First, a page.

You need to define your target audience so that you can build better branding, period. Nearly every pal I’ve made online in the past few months has something in common – we all started as vague “lifestyle” blogs with no niche and no focus. In time, trying to figure out this online blog/business landscape, you begin to realize that being the expert “in everything” is WAY too hard, and it makes much more sense to niche down and focus on one thing. One thing that you are good at, that you enjoy doing, and that you can build a business off of.
The hardest battle I have, with myself, with clients, and with friends, is the idea of narrowing down your target audience. I’ll use myself as an example – I WANT everyone to like my blog, to like me, to want to hang out with me, to want me to help design their branding, etc. But, it’s not possible to appeal to EVERYONE. Think of how hard that actually is. To. Appeal. To. Everyone. You truly, truly, truly can’t. Even Chipotle, the best thing in the world, still doesn’t appeal to EVERYONE. So, here I am, ruining your day by telling you: YOU CAN’T EITHER. You can’t appeal to everyone. Some people will not like what you are talking about, will never buy from you, and will only serve to increase your “bounce rate” in your analytics.
But, here’s the good news: that’s GREAT! That’s fantastic. You don’t want to appeal to everyone. If you are trying to run a business and make money, which I assume you are, you want to appeal to a very specific and detailed group of people that will support you.
When you break down a target audience there’s really three people you have to consider: the person that actually buys your good/service, the person that influences someone to buy your good/service, and your supporters. Now, the most important person to understand is the person that buys, and that’s who we are talking about in detail today, but keep in mind that there is a necessity to also appeal to people that will tell other people about you – so you can grow. Your reach can only go so far, you need word of mouth from trusted sources to help you along, even if they simply retweet you sometimes. But, more on that in another post. Today we are reviewing six questions to define your target audience & build better branding. Get the workbook that follows along with this blog post in the Vault, by signing up below:
WHAT ARE THE BASICS?
If I ask you who your target audience is you might answer “everyone” or “young women” or “middle aged men.” Which, okay, that’s an excellent step, but we are about to take a lot more steps. First, we need all the basic information, think of that as demographics. You will want to narrow down things like gender, age, education level, income level, etc.
But why does all this matter? Well, think about what appeals to a 18-25 year old girl, upper-middle-class, attending college, still supported by her parents, versus a 30-45 year old male who has worked labor jobs since he was 14, barely graduated high school, no college degree. Two very different ages, income levels, economic backgrounds, lifestyles, and so on – and will be “sold” to in very different ways. You need to know who you are selling to, so that you can build out your branding for your business, as well as more specific marketing campaigns, accordingly.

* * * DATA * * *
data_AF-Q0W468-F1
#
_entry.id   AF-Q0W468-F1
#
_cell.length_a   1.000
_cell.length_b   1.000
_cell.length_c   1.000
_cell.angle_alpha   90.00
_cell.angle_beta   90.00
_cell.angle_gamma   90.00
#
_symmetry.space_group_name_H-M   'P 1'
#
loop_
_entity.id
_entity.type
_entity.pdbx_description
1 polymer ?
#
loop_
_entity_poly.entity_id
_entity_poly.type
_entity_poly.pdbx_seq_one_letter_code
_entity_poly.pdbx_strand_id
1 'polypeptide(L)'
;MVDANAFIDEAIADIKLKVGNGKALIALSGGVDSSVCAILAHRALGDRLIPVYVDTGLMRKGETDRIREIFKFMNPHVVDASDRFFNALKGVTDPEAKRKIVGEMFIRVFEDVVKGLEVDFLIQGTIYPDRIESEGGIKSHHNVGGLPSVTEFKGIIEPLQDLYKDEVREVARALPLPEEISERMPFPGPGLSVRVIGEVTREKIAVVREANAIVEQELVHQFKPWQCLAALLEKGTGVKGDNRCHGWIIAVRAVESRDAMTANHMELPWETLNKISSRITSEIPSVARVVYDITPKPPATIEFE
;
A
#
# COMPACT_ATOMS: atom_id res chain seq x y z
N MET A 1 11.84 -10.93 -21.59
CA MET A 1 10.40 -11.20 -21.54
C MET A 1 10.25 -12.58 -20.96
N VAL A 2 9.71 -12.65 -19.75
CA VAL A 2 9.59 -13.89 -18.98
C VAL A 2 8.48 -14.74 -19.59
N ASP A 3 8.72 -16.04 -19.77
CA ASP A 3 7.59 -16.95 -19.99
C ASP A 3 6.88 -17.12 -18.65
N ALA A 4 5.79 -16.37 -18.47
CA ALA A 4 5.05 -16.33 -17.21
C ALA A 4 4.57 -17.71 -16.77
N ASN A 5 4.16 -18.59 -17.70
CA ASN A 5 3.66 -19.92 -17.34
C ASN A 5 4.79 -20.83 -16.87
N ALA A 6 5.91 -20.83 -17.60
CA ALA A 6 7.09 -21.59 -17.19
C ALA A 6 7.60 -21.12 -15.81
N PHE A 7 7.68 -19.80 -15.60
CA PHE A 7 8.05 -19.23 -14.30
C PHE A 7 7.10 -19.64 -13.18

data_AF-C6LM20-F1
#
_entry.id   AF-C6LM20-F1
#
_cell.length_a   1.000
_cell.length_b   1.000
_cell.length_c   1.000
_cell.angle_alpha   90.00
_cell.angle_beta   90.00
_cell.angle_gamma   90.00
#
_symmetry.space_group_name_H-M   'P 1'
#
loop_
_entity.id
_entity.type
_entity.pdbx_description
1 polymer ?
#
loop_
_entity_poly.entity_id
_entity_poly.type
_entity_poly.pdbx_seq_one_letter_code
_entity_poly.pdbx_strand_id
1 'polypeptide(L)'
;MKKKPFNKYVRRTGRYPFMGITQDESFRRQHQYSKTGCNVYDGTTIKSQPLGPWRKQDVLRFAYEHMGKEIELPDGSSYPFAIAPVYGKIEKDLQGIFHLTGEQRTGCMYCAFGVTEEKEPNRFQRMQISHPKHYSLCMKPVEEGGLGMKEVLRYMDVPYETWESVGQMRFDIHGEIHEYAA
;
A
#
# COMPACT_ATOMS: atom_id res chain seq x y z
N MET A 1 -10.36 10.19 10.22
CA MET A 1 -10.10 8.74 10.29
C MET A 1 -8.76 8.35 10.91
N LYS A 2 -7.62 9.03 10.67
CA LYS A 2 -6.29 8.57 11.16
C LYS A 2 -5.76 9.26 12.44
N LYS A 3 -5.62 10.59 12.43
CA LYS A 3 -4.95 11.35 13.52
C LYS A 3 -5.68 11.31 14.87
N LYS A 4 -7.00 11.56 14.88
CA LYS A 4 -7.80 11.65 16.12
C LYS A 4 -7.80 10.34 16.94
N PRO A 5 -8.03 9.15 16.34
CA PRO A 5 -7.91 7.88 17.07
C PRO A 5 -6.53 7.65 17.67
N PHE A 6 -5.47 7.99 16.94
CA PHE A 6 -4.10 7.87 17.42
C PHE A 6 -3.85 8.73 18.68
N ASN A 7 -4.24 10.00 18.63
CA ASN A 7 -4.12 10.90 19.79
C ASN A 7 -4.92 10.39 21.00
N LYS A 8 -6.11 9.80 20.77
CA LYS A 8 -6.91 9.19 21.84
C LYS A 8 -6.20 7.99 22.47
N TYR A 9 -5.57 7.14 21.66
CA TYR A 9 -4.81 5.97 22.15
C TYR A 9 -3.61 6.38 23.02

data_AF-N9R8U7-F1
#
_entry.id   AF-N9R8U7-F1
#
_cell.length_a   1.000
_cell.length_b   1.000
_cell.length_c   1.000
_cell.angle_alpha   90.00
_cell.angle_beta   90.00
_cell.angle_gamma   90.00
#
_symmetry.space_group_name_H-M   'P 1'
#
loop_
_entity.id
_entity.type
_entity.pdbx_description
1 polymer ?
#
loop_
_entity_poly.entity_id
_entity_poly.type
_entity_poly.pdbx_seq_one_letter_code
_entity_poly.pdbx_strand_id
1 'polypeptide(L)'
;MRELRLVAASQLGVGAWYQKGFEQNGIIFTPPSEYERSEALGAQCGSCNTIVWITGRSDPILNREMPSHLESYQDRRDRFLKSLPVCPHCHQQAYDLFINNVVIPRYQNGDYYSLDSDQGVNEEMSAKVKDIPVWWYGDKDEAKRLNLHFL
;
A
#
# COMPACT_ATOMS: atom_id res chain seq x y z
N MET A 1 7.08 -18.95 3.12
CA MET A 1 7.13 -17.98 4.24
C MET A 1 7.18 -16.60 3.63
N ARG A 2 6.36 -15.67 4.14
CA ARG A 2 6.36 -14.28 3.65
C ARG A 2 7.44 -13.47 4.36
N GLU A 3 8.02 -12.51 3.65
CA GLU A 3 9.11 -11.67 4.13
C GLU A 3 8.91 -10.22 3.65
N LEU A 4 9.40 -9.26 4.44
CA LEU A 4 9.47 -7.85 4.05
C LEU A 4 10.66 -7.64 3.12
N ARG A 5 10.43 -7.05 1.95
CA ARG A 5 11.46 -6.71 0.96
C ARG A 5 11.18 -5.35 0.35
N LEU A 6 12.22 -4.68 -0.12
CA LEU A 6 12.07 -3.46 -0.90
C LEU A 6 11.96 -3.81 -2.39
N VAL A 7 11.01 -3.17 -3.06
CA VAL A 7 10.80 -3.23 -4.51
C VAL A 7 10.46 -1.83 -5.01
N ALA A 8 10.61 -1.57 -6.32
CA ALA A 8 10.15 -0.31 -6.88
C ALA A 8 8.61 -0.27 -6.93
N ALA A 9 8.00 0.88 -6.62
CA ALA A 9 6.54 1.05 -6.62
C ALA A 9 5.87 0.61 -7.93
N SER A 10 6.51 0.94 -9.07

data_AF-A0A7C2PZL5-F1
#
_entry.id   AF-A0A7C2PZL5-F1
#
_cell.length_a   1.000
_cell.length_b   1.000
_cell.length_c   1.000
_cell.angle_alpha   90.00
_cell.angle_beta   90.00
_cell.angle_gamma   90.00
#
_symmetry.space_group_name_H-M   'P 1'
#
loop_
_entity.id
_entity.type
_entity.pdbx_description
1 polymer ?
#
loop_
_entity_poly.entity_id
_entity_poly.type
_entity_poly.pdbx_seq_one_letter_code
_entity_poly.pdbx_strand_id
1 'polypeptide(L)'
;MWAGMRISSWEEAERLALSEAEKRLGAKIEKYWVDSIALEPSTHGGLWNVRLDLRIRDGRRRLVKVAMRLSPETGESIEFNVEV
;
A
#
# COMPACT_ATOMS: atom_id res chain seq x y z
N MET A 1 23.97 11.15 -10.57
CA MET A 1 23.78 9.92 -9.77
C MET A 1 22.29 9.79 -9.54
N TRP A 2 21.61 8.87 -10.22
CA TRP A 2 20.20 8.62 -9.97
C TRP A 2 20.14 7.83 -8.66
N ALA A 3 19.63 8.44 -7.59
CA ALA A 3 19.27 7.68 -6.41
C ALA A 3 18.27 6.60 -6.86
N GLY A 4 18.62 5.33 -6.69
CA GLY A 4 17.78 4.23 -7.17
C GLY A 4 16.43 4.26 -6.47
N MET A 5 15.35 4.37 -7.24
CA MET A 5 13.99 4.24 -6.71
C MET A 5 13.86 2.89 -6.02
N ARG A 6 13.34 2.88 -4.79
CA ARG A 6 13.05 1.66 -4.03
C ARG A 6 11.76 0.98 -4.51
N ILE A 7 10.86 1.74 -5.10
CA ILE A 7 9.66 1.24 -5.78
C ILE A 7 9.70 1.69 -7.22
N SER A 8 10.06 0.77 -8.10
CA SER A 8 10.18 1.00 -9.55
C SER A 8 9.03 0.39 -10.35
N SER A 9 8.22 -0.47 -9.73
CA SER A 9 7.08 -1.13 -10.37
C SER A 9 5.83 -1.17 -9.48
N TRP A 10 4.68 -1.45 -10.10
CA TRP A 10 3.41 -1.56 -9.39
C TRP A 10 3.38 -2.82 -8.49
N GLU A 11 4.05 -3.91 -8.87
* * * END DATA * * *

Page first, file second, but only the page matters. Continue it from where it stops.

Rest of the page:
Not convinced? Chances are you are someone who runs or is starting a small business, a woman, aged 24-38, and enjoy spending time on Pinterest. You are probably more creative-minded, even if you are business savvy (those things are not mutually exclusive y’all). Why can I write a blog post, that will be up for a long time after today, and say that with a lot of certainty? Because I know who my target audience is. That’s who I want to come read my blog – that’s who I am working hard to get to come to my blog, because that’s who will most benefit from what I offer.
That’s not to say that men, aged 50+ don’t read my blog. Trust me, they do. My dad is probably reading this right now. But the significant majority of who I appeal to, I want to appeal to. If you aren’t sure who you are already appealing to, Google Analytics can help! Check out their demographics and interest tabs.
WHAT ARE THE DETAILS
After we get some of those more surface level attributes narrowed down, we really need to start digging deeper. You can do that by analyzing and establishing the “psychographics” of your target audience. These include things like personality traits, or values, or hobbies. Things that start to flesh them out as real, living, breathing people that are going to buy your good or service.
Check out the workbook below for more step-by-step questions:
So, these types of questions matter for the same reasons. But also start to help us figure out where we can find your audience. So if I know their interests are crafting and DIY-projects, chances are they are active on Pinterest. Or If I know that they lead holistic or more natural lifestyles, maybe I can find them on a Facebook group about that.
Now, yes, you can have a business without knowing these things about your target client – but can you have a self-sustaining business where clients find you easier and come to you? Can you spend less time developing marketing campaigns and spending money on Facebook ads hoping that something sticks? That’s the real goal here. Efficient businesses that leave time for you to do what you love and the ability to grow.